Court Rules Against Used Game Sales

BY Andrew Miesner / October 15, 2010

The days of buying used games may be over as courts have ruled in favor of software and game publishers in regards to the purchasing of used software and games at stores such as Gamestop or Blockbuster.

According to game publishers, sales of used games cheat the companies out of profiting on game sales, due to the fact that second hand sales do not contribute to their bottom line. Gamestop argues against this point by stating at 14 percent of new titles are bought with credit customers receive from trading in old games.

Cory Ledesma, creative director for wrestling games at THQ, stated in an interview:


We hope people understand that when the game’s bought used, we get cheated.


eBay responded with the following:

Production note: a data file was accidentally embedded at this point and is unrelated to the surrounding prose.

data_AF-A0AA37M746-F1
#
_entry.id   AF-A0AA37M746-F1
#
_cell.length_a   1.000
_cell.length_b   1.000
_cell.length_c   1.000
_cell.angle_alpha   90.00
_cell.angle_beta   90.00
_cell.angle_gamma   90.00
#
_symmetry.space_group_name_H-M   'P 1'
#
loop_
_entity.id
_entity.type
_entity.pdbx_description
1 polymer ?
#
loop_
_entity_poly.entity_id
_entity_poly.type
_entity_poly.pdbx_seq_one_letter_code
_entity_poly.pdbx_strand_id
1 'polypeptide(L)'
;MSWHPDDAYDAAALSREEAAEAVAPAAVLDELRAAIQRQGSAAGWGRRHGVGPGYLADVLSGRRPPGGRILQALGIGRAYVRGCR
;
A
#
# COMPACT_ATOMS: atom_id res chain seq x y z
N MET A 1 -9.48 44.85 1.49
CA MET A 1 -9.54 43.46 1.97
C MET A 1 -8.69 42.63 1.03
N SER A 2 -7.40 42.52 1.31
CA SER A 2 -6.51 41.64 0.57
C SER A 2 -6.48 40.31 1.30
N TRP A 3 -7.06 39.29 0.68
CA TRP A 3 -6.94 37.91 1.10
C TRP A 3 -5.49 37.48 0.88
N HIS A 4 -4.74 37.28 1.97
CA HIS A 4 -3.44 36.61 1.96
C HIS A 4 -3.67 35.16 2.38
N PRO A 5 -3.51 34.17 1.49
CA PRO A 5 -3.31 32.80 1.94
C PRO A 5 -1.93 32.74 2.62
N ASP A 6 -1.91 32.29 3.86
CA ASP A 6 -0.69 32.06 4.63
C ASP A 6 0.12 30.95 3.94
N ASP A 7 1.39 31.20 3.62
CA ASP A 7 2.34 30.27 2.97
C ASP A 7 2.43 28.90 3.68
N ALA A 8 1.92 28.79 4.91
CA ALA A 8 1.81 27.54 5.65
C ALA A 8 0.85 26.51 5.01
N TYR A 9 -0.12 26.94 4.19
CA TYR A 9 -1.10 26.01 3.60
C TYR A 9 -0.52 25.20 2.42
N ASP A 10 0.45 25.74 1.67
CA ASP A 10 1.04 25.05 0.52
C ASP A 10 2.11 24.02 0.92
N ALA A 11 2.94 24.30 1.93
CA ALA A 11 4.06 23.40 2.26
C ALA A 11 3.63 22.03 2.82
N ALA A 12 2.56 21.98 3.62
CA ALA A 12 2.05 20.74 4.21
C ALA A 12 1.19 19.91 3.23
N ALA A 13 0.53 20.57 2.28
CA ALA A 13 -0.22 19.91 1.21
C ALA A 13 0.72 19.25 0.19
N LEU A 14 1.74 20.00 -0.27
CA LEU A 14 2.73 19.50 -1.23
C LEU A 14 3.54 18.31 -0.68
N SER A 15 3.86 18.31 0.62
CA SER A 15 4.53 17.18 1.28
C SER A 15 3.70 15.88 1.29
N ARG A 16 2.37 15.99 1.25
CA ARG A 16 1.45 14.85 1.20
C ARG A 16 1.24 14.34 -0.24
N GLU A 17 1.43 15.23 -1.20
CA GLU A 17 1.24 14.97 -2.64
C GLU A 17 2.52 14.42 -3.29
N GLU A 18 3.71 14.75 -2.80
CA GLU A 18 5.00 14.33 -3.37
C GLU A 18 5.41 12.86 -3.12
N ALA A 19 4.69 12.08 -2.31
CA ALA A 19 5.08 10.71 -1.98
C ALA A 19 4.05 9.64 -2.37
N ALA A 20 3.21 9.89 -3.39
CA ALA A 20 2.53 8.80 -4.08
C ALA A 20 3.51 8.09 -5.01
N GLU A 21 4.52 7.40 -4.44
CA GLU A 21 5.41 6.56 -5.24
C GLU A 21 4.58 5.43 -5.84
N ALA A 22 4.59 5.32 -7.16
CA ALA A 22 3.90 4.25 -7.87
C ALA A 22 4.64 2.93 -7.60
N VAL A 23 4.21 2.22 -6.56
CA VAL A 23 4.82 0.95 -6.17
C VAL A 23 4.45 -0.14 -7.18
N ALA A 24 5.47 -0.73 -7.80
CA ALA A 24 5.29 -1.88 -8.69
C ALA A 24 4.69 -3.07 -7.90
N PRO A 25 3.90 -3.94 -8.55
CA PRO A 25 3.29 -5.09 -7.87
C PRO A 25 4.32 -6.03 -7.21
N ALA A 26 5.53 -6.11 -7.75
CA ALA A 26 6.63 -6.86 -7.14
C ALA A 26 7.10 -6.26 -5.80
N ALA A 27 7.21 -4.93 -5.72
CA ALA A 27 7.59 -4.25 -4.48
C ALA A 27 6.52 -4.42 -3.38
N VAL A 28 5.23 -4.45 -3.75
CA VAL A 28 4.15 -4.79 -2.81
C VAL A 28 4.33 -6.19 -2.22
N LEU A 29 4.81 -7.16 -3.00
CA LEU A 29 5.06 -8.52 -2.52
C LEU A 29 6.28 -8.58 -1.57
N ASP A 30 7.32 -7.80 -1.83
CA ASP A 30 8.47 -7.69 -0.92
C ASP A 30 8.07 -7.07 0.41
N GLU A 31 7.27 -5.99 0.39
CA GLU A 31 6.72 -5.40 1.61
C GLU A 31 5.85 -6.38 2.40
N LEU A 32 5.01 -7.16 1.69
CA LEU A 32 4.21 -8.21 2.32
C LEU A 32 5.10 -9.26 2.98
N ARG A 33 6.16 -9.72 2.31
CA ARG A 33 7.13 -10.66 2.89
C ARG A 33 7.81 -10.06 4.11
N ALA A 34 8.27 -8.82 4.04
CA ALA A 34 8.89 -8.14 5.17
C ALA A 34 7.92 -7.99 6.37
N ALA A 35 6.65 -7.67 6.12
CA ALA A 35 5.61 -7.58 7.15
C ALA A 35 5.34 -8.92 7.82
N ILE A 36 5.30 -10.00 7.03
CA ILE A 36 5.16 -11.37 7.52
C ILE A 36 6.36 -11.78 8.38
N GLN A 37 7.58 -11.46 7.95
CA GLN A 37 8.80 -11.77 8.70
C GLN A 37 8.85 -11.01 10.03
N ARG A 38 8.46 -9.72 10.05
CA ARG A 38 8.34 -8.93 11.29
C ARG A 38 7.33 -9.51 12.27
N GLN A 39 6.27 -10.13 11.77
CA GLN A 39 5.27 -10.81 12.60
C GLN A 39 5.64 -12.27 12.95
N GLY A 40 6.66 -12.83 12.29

Two of the primary effects and public benefits of the first sale doctrine are increased access to, and affordability of, copyrighted works. Secondary markets encourage economic efficiency by creating opportunities for buyers and sellers to exchange copies of copyrighted works at mutually satisfactory price points.


Fortunately for companies such as eBay, Gamestop and local video stores that specialize in the sale of used video games and software, this decision has not yet been made into law and even the ruling itself may be over-ruled in the near future. Still, game developers have turned to digital downloads to combat this trend.

Should gamers continue to have the right to sell and purchase used games to 3rd party entities, or at garage sales?